Famed NBA bad boy Dennis Rodman has called out his former Chicago Bulls team mates for complaining about their portrayals in Michael Jordan's docu-series The Last Dance.

NBA greats Horace Grant and Scottie Pippen have reacted to the series with indignation. Grant says Jordan was a "damn snitch" and Pippen was "so angry" and "beyond livid".

Pippen's unhappiness derives from Jordan calling him "selfish" and that he "didn't realise what he was getting himself into" during the series, Fox News reported.

ESPN this week also said Pippen was "wounded" and "disappointed", despite Jordan declaring Pippen was the greatest teammate he ever had.

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Meanwhile Grant says Jordan flat out told lies, accusing his former teammate of being the source behind a revealing book on Chicago's first championship.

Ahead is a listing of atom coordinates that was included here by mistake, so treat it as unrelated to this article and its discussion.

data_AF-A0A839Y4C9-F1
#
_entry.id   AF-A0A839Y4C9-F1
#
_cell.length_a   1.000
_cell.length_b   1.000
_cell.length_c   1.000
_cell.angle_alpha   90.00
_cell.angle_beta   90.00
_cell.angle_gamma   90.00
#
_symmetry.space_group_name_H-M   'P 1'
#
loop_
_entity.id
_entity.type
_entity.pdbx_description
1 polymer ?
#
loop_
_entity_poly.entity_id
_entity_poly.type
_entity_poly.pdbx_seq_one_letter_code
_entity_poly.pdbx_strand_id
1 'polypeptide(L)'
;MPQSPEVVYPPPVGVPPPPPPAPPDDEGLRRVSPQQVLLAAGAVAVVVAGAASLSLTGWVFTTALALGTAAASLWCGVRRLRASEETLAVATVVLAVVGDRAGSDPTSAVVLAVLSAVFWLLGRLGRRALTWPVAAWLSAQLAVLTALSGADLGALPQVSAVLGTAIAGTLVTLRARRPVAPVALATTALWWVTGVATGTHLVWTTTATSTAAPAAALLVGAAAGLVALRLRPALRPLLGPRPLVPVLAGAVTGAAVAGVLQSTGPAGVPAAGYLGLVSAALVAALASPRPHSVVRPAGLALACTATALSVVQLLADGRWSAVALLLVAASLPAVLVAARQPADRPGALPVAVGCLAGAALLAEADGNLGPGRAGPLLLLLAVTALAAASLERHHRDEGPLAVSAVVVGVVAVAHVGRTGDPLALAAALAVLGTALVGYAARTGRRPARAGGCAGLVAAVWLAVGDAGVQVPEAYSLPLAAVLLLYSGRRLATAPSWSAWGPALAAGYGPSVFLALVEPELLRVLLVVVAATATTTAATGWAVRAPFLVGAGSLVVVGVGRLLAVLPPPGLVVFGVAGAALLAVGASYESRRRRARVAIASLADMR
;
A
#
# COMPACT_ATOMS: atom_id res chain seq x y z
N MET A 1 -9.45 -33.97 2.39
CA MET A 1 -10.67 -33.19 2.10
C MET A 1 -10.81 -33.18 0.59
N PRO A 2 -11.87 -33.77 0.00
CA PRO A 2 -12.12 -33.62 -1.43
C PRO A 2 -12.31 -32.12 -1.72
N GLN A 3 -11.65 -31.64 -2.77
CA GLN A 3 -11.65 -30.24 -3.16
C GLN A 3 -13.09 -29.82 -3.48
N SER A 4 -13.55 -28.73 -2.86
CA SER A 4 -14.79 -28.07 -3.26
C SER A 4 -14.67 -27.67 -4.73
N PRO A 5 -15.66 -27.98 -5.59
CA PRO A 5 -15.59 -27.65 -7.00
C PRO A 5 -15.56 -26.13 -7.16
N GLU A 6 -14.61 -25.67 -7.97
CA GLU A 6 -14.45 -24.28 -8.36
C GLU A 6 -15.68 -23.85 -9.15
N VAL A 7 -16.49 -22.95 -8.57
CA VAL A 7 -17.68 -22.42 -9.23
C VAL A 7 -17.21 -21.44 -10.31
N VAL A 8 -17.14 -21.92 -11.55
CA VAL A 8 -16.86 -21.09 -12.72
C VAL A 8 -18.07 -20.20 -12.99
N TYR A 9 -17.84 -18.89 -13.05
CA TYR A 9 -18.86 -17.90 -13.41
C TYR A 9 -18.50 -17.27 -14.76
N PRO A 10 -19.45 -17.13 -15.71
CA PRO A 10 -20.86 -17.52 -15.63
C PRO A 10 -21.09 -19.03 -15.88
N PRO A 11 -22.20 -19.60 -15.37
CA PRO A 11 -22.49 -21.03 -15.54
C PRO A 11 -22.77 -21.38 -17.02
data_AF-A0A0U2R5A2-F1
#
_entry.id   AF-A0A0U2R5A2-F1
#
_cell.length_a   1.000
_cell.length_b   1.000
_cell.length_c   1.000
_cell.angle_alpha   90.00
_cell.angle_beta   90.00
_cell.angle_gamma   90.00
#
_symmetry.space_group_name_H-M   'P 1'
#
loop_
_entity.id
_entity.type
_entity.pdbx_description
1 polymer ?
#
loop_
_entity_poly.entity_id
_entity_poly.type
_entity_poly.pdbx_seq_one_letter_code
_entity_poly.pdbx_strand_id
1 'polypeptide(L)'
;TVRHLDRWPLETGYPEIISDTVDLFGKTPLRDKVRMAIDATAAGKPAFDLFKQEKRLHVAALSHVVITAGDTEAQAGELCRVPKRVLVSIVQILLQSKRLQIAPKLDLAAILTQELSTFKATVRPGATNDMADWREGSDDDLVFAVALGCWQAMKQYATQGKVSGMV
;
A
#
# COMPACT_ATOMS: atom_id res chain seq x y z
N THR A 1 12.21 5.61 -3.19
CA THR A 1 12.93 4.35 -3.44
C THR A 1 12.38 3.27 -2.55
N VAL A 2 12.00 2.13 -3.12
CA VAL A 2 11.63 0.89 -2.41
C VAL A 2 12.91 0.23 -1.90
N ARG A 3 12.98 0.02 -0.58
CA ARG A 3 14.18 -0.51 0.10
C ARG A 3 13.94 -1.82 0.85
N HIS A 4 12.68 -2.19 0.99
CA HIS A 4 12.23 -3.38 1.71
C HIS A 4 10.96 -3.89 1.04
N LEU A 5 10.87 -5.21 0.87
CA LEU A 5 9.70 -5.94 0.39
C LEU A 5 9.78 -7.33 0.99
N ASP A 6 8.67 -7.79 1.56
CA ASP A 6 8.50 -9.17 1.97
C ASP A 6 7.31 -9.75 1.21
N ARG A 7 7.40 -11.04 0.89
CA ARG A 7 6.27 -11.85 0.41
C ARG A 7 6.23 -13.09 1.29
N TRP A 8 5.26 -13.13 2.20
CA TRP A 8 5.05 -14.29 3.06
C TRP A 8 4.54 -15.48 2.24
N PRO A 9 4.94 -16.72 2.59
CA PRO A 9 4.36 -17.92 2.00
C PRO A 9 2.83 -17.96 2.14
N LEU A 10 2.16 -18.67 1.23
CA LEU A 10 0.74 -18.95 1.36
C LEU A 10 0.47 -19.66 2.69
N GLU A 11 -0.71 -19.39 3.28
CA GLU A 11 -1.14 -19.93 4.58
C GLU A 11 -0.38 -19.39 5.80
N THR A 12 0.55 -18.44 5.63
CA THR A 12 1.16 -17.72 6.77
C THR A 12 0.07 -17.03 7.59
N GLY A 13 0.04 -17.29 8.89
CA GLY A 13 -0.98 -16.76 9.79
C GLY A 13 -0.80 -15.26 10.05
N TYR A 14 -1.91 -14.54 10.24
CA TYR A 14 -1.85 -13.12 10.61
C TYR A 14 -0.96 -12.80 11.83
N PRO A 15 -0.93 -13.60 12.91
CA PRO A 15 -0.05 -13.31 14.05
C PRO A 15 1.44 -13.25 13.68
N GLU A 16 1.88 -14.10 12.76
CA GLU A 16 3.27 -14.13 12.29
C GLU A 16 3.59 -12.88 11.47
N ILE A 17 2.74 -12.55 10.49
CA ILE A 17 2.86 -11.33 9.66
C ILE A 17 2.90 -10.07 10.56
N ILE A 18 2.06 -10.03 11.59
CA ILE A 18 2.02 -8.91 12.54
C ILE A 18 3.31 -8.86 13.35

Now Rodman, a five-time NBA champion with the Bulls and Pistons, says both players brought the situation on themselves because they lack the mental strength to face criticism and implied they were threatened by Jordan's fame.

"The players were a little upset because they felt Michael was throwing them under the bus. 'You guys wasn't [sic] doing what I want you to do, I'm the greatest, I'm determined to win no matter what,'" Rodman said on the Good Morning Britain programme, according to the Mirror.

"The next thing you know, Michael starts to talking [sic] about the whole team... the teammates I played with.

"Mentally, I don't think they were strong enough to handle that, because Phil Jackson is a laidback coach. Michael is more like, 'I'm going to do it, watch me be famous'. I didn't care because I was already famous," Rodman added.

Pippen has gone dark on social media since the series aired last month, not posting or commenting on his official Twitter account since April 15. Grant says he hasn't spoken to Jordan for about three years.